"We shot the pilot on Super 16 as I did on 'Walking Dead.' Every time I do approach something I would test the digital world again, and this is going to turn into a plug for the Red camera. This time when I tested it, I realized that all my arguments against it were going away," Mr. Darabont said. "And I realized that there was nothing left but advantages for it. We've gone from Super 16 film [on the pilot] to digital [on subsequent episodes]. So I'm one of the last holdouts, but I've made the switch over and it's been a fantastic thing."
MDA Telethon plans
In the past, the "MDA Telethon" was always a semi-syndicated event with local TV stations airing it and producing their own local cut-ins.
But this year, everything has changed. The "MDA Show of Strength" telethon will air for just two hours Sunday at 9 p.m., and it will air exclusively on ABC without any local cut-ins.
Celebrities expected to participate include Ryan Seacrest, Luke Bryan, the Backstreet Boys, Paula Abdul, Enrique Iglesias, Matthew Morrison and Austin Mahone.
'Millionaire' moves, news expands
The daytime syndicated game show "Who Wants to be a Millionaire" moves from WPXI to WPCW in September. Episodes with new host Cedric the Entertainer will air on WPCW at 1:30 and 3 p.m. weekdays beginning Monday.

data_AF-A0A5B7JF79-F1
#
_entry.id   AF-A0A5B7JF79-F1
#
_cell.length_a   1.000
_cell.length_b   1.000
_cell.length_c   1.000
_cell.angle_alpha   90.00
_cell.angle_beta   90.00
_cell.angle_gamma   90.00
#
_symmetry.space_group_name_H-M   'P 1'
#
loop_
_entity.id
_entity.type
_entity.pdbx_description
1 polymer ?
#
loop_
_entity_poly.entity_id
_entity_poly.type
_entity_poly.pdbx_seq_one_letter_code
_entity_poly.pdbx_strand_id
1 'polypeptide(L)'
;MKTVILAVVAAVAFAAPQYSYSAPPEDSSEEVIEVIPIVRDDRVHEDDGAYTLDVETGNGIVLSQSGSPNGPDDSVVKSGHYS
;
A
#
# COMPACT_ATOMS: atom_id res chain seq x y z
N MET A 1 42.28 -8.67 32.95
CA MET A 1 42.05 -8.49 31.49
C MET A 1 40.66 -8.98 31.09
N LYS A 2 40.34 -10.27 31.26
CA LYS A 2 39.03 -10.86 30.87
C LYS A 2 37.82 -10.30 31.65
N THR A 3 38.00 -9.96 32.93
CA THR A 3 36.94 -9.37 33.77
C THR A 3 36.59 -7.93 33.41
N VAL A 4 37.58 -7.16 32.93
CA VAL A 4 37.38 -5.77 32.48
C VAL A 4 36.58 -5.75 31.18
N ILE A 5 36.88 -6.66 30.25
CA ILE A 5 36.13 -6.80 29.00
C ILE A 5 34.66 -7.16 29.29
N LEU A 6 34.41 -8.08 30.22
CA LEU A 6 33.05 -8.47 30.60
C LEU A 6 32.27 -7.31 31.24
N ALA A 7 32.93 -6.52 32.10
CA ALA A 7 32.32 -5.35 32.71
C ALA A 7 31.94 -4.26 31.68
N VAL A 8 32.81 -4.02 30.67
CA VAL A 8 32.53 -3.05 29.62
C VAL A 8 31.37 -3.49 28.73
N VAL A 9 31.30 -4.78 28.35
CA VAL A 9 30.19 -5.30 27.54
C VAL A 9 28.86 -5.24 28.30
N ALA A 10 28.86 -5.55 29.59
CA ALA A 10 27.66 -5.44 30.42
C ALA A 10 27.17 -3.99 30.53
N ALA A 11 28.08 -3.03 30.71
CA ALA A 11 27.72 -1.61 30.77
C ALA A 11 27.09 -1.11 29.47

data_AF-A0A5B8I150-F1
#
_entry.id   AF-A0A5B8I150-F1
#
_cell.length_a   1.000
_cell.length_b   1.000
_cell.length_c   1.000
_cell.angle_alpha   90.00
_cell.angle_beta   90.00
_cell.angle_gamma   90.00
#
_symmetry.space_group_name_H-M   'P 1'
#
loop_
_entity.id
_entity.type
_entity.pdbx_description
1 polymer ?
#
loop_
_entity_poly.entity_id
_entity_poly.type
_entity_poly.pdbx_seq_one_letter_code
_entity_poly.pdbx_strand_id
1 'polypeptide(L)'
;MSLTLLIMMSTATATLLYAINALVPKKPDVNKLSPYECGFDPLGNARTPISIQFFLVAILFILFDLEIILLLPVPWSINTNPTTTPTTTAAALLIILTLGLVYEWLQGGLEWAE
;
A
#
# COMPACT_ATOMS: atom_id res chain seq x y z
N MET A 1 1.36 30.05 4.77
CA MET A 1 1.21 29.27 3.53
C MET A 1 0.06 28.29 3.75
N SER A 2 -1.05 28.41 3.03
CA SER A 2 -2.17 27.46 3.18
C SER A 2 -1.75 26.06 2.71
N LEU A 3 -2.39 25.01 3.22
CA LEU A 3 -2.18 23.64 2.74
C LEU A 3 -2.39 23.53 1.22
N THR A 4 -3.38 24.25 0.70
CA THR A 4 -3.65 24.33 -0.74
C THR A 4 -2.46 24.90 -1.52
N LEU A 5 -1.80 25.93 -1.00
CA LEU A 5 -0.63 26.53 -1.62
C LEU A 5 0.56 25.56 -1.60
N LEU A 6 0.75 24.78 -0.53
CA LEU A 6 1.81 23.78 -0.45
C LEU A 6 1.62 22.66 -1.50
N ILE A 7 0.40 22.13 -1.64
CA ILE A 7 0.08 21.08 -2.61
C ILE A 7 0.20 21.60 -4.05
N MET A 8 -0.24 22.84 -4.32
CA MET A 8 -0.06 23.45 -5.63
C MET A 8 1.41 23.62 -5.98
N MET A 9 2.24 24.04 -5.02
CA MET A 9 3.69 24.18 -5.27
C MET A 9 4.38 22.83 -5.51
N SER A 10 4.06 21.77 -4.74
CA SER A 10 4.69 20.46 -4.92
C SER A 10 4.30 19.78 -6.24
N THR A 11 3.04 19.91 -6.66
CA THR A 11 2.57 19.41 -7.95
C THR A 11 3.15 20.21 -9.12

On Monday WPXI will expand its noon news to one hour and will realign its lineup. "The Doctors" will air at 1 p.m. and the fourth hour of "Today" will move to 2 p.m.
Jon Stewart will return from his summer hiatus from "The Daily Show With Jon Stewart" at 11 p.m. Tuesday following the second-season premiere of "Brickleberry" at 10:30 p.m. ... TV Land has canceled its sitcom "Happily Divorced," according to Deadline.com. ... Bravo renewed "Below Deck" for a second season; a reunion special is to air 10 p.m. Monday with "lost footage" from the first season at 10 p.m. Sept. 9. ... Former CNNer Howard Kurtz's new Fox News Channel media show, "MediaBuzz," will debut at 11 a.m. Sept. 8. ... Writer Gene Hong ("Community," "Allen Gregory"), a 1995 graduate of North Allegheny High School and a 1999 graduate of Allegheny College who also happens to be "The Voice" star Adam Levine's roommate, will write a new NBC pilot for Mr. Levine's production company. ... Actor George Eads is on leave from CBS's "CSI" for an unannounced duration after a heated exchange with one of the show's writers over his character's storyline. His character, Nick Stokes, will be MIA after the fourth episode of the new season. ... Actress Lisa Kudrow ("Friends," "Web Therapy") will have a recurring role on ABC's "Scandal" as a politician this fall. ... FX's "American Horror Story" returns for its third season at 10 p.m. Oct. 9. ... The series finale of Comedy Central's "Futurama" will air at 10 p.m. Wednesday with pre-show and postshow chats with cast and producers at 9:30 and 10:30 p.m. Wednesday at www.comedycentral.com/shows/futurama.
Tuned In online
Today's TV Q&A column responds to questions about "Person of Interest," "NOVA" and Betty White. This week's Tuned In Journal includes posts on "Grey's Anatomy" star Patrick Dempsey, actress Charisma Carpenter, Ricky Gervais' new series "Derek" and "Daniel Tiger's Neighborhood." Read online-only TV content at post-gazette.com/tv.